Herbie’s World Famous Guac

It seems that many of you enjoyed our guajillo rubbed tacos recipe (a few of you even sent us photos of your own creations – thanks!), but what about the guacamole that goes with it? We like to call it our world famous guac. This may be a bit of an overstatement, but in our opinion, it’s consistently the best guacamole we’ve eaten.

It’s got the perfect blend of heat, tanginess, creaminess, and coolness. And the best thing about it is that it’s actually really simple to pull together, so anybody can make it.

There are two important things to keep in mind when making the perfect guac. The first is the avocado. If you don’t have ripe avocados, this recipe will be a total fail. So when you go to the store make sure you test each one by giving it a little squeeze. It should have a little bit of give – but not too much, as you don’t want it to be bruised.

The other important thing to note about making the perfect guacamole is the mixing and mashing part. You can’t overblend it! Bryan has been guilty of doing this before, to YiRan’s chagrin. So really all you need to do is give it a few stirs with a fork and that’ll be it. You’ll see that limiting your efforts here results in a perfect consistency and an overall delicious guac. Dig in!

Making the Dish
What You’ll Need

2 – 3 small or medium avocados, perfectly ripe
1 – 2 small or medium tomatoes, perfectly ripe
1/2 small white onion
1 clove garlic
1 lime
1 – 2 tbsp freshly chopped cilantro
1 tsp crushed red chile flakes
2 tsp cumin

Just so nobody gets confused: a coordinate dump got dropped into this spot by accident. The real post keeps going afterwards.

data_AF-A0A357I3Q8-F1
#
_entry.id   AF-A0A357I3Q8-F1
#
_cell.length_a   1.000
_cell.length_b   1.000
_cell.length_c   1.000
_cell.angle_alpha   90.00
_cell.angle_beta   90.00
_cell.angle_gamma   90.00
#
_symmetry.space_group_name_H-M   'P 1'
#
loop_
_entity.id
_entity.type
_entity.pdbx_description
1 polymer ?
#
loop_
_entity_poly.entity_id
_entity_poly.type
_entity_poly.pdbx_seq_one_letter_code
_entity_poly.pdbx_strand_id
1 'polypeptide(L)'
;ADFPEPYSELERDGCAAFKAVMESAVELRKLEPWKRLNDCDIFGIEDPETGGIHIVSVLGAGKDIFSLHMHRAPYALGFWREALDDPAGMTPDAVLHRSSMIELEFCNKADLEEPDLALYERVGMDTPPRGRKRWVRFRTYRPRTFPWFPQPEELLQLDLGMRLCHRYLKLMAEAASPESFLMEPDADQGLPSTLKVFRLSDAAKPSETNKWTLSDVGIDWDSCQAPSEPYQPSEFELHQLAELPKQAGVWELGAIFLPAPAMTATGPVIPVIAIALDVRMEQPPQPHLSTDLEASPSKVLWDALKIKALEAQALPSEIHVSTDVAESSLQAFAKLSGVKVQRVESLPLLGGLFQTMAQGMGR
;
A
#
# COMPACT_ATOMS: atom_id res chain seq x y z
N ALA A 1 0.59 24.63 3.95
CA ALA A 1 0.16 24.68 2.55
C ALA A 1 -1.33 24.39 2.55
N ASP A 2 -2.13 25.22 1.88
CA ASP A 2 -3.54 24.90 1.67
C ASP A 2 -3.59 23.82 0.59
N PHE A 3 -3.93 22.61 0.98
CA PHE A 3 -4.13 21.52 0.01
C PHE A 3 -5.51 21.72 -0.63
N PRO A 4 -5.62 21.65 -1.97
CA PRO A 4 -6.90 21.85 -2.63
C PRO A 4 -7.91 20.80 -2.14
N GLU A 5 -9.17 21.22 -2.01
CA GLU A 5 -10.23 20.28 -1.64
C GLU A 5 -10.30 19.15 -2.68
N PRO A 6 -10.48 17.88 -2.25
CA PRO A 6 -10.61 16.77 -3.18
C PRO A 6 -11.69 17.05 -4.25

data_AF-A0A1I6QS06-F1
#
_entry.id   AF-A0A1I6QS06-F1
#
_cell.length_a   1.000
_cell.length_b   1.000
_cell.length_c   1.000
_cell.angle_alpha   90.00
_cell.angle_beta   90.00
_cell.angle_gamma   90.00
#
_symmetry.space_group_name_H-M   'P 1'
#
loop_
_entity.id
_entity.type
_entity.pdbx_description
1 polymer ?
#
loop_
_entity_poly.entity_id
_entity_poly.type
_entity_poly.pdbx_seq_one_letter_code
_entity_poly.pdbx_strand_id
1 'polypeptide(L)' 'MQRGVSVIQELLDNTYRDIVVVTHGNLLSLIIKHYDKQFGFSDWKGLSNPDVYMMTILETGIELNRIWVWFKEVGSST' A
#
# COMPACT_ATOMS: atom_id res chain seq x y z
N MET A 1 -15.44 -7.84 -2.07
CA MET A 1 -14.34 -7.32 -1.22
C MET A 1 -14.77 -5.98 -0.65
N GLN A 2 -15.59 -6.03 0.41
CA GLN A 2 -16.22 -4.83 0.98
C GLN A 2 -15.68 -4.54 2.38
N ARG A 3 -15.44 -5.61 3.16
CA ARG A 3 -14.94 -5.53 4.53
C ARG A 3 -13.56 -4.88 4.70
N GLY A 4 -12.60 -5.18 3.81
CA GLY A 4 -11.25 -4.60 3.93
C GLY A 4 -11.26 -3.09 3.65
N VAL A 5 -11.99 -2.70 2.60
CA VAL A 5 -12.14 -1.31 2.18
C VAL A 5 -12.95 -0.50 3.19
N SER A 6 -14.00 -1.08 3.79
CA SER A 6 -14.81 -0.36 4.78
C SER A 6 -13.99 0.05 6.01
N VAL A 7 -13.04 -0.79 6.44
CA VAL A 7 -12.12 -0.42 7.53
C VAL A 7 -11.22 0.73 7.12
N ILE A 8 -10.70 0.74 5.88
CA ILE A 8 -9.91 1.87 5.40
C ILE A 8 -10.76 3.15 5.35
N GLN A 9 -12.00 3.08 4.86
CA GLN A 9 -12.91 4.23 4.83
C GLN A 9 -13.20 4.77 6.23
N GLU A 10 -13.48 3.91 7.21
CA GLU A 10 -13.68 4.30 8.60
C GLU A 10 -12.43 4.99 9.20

1 tsp salt + more to taste
1 tsp pepper + more to taste

The thing about guacamole is that no recipe is going to be totally accurate because it all depends on the quality of the avocados and the tomatoes. If you have perfect, middle of the summer avocados and tomatoes that are perfectly sweet and wonderful, you’ll probably need less lime and less salt and pepper to get the flavor just right. So the ingredients list above lists the recommened minimum’s, from our experience. But do please take this with a grain of salt (ZING!), and look at it as more of a process. Add some ingredients, taste, and if you need more, add a little more here and there, and taste again.

Get started by chopping up your tomato. Slice it in half, core it, and then cut into slivers. Remove the seeds, and then dice the flesh into small little cubes.

Similarly, dice up half of the onion into very small (about half inch sized) cubes. Smash the garlic with your knife to get the skin off, add a pinch of salt onto it, and then dice it very finely. The salt will help to mash it and extract the flavor. Or, use a microplane to get it very very small.

Add the tomatoes, garlic, and onion to a mixing bowl. Remove the pits from the avocados and give it a few slices inside, then scoop the flesh out with a spoon into the bowl. Slice the lime in half, and then squeeze out the juice from half of the lime into the bowl. Add in the freshly chopped cilantro, the chile flakes, cumin, salt, and pepper to the bowl.

Now, it’s time to mix. Use a fork and give it about 5 – 8 strong stirs around. This should start to mash the guacamole if it’s very ripe and might just be enough. Gently use the fork to distribute the ingredients and see if the guacamole is at the desired consistency. If not, give it another 2 – 3 strong stirs, then gently distribute the ingredients again and check. This should be about enough. Taste it and see if it’s at the right flavor. If it needs a bit more tang, add in some more lime. If it is a little bland, add a touch more salt. If it could use a litte more smokiness, add in some more cumin. Your main lever will probably be salt and lime, but be sure to not go too heavy handed. Nothing’s worse than salty guac.

Each time you add in ingredients, gently fold the seasonings into the mix, but be sure not to mix too hard, or in the process of adjusting the flavors you may overmix the guac. Then YiRan would be mad at you.